Iran security forces stepped up clashes with protesters in Isfahan Wednesday, the birthplace of dissident cleric Grand Ayatollah Hossein Ali Montazeri, whose death has energized the opposition.
By Scott Peterson
Iran security forces and opposition protesters stepped up clashes on Wednesday in the city of Isfahan, the birthplace of Iran’s top dissident cleric, Grand Ayatollah Hossein Ali Montazeri. Montazeri’s death this past weekend, and the rituals marking his passing, coincide with a new push by regime opponents during a 10-day religious commemoration.
The government has responded by harassing two reformist clerics who could replace Montazeri, as well as stripping the opposition’s top political figure – Mir Hossein Mousavi – of his sole official post.
In Isfahan, pro-regime basiji militiamen used batons, chains, and stones to beat mourners who gathered at the city’s main mosque to remember Montazeri, the spiritual mentor of the Iranian opposition, whose websites reported the clashes.
“While people were reciting the Quran [in the mosque], plainclothed forces attacked them and threw tear gas into the mosque yard and sprayed those inside with pepper spray after they closed the doors,” reported the reformist Parlemannews. “They severely beat the people inside,” then doused the clerical speaker with pepper spray and arrested him.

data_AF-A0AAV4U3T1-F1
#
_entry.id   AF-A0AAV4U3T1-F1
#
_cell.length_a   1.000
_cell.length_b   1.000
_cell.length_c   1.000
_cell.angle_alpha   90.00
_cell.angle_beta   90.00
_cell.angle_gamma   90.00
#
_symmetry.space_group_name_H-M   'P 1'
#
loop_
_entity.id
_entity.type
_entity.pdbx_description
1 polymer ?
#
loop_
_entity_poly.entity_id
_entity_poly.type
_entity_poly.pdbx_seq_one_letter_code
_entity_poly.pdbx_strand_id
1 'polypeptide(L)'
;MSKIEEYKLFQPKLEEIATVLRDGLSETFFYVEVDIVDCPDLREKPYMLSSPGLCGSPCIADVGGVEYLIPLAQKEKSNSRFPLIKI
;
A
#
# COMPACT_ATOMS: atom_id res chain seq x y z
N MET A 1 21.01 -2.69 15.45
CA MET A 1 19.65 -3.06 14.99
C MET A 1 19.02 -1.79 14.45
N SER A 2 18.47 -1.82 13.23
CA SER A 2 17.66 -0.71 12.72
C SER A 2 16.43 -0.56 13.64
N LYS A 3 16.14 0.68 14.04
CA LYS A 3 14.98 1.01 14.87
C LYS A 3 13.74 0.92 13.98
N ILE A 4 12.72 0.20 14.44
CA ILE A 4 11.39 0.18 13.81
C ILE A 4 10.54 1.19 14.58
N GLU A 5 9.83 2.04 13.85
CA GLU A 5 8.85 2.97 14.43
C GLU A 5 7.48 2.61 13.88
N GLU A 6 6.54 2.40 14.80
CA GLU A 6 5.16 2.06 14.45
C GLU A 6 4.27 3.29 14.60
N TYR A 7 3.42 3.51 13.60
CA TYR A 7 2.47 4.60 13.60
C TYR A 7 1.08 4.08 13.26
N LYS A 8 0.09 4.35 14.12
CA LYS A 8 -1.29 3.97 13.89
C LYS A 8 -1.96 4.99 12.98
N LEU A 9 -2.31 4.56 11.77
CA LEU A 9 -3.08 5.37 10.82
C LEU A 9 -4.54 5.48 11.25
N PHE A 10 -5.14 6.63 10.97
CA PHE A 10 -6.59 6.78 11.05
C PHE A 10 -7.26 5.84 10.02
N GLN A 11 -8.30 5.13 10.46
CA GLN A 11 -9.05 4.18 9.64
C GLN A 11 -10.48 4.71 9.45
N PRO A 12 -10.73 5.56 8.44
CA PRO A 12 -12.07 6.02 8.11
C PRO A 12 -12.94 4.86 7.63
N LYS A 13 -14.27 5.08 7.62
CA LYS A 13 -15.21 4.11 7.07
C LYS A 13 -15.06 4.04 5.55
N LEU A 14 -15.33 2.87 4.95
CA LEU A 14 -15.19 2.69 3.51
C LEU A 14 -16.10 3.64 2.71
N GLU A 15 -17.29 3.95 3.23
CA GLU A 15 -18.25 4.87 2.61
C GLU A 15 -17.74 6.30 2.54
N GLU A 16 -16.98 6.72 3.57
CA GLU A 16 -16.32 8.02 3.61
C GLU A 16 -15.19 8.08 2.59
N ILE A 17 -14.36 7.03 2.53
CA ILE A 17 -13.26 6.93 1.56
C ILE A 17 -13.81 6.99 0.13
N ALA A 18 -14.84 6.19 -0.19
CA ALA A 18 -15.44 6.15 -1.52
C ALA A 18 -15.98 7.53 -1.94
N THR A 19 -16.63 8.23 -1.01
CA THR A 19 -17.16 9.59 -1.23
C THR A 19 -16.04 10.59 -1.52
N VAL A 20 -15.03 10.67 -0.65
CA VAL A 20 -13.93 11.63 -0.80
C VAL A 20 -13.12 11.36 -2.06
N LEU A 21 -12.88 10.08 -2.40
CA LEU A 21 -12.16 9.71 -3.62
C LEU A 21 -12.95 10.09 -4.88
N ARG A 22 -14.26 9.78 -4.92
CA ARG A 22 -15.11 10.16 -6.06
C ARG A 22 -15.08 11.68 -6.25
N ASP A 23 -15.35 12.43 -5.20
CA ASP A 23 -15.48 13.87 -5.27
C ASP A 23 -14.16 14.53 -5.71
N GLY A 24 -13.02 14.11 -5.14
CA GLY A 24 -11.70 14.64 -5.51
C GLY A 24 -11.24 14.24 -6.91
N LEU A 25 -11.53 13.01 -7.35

“Tens of thousands gathered outside for the memorial but were savagely attacked by security forces and the basijis,” witness Farid Salavati told the Associated Press. He said that dozens were injured as riot police and vigilantes clubbed and kicked men and women alike – some in the face – and arrested 50 people who had gathered to mourn the grand ayatollah.